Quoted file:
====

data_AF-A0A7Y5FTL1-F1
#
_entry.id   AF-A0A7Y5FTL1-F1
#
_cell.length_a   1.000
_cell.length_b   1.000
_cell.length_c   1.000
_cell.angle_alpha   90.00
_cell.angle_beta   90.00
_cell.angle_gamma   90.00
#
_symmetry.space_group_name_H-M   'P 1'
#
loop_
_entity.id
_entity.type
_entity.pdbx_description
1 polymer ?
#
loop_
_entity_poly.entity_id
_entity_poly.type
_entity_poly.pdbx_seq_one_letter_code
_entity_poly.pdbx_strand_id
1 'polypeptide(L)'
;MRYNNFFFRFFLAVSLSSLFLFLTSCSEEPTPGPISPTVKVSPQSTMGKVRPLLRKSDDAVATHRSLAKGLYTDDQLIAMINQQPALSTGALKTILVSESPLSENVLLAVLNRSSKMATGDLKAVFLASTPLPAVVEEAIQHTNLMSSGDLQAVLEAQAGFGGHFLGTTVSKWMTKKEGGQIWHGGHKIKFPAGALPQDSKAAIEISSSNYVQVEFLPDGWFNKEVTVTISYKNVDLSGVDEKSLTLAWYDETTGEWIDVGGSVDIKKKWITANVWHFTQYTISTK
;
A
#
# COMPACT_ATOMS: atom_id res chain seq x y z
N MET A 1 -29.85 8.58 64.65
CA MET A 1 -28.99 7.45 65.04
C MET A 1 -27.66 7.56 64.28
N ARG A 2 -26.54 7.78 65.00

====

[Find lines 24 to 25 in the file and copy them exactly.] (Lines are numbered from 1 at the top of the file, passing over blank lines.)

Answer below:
_entity_poly.pdbx_strand_id
1 'polypeptide(L)'